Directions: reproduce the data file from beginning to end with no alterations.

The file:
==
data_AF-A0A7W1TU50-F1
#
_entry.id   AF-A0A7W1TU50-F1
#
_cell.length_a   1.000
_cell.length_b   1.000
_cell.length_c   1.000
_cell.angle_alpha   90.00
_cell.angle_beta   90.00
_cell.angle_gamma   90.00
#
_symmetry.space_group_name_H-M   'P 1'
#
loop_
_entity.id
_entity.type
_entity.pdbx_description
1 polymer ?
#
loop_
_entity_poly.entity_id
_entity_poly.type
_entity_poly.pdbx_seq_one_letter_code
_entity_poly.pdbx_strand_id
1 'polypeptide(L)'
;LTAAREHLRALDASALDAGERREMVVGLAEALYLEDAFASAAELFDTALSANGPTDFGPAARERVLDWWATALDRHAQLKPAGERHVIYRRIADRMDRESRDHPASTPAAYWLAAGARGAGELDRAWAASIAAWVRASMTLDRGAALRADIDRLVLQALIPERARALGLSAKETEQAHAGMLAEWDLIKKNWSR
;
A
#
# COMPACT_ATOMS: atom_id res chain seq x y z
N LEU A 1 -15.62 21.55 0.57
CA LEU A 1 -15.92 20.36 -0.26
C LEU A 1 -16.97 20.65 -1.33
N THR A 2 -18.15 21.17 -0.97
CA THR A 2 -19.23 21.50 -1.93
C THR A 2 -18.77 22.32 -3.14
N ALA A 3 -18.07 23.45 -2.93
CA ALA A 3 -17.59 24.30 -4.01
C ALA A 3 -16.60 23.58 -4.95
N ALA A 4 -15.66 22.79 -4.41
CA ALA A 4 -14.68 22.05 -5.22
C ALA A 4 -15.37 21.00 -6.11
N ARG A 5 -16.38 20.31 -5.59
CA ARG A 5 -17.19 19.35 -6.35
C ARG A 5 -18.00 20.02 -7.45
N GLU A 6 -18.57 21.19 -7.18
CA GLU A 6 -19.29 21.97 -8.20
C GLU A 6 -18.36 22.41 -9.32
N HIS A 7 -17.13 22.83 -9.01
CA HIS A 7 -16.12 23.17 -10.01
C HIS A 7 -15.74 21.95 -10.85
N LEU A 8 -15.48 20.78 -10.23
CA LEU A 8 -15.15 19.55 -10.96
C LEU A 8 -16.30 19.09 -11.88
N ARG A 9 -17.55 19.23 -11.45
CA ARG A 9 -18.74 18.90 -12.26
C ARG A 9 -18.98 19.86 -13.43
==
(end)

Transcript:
data_AF-A0A7W1TU50-F1
#
_entry.id   AF-A0A7W1TU50-F1
#
_cell.length_a   1.000
_cell.length_b   1.000
_cell.length_c   1.000
_cell.angle_alpha   90.00
_cell.angle_beta   90.00
_cell.angle_gamma   90.00
#
_symmetry.space_group_name_H-M   'P 1'
#
loop_
_entity.id
_entity.type
_entity.pdbx_description
1 polymer ?
#
loop_
_entity_poly.entity_id
_entity_poly.type
_entity_poly.pdbx_seq_one_letter_code
_entity_poly.pdbx_strand_id
1 'polypeptide(L)'
;LTAAREHLRALDASALDAGERREMVVGLAEALYLEDAFASAAELFDTALSANGPTDFGPAARERVLDWWATALDRHAQLKPAGERHVIYRRIADRMDRESRDHPASTPAAYWLAAGARGAGELDRAWAASIAAWVRASMTLDRGAALRADIDRLVLQALIPERARALGLSAKETEQAHAGMLAEWDLIKKNWSR
;
A
#
# COMPACT_ATOMS: atom_id res chain seq x y z
N LEU A 1 -15.62 21.55 0.57
CA LEU A 1 -15.92 20.36 -0.26
C LEU A 1 -16.97 20.65 -1.33
N THR A 2 -18.15 21.17 -0.97
CA THR A 2 -19.23 21.50 -1.93
C THR A 2 -18.77 22.32 -3.14
N ALA A 3 -18.07 23.45 -2.93
CA ALA A 3 -17.59 24.30 -4.01
C ALA A 3 -16.60 23.58 -4.95
N ALA A 4 -15.66 22.79 -4.41
CA ALA A 4 -14.68 22.05 -5.22
C ALA A 4 -15.37 21.00 -6.11
N ARG A 5 -16.38 20.31 -5.59
CA ARG A 5 -17.19 19.35 -6.35
C ARG A 5 -18.00 20.02 -7.45
N GLU A 6 -18.57 21.19 -7.18
CA GLU A 6 -19.29 21.97 -8.20
C GLU A 6 -18.36 22.41 -9.32
N HIS A 7 -17.13 22.83 -9.01
CA HIS A 7 -16.12 23.17 -10.01
C HIS A 7 -15.74 21.95 -10.85
N LEU A 8 -15.48 20.78 -10.23
CA LEU A 8 -15.15 19.55 -10.96
C LEU A 8 -16.30 19.09 -11.88
N ARG A 9 -17.55 19.23 -11.45
CA ARG A 9 -18.74 18.90 -12.26
C ARG A 9 -18.98 19.86 -13.43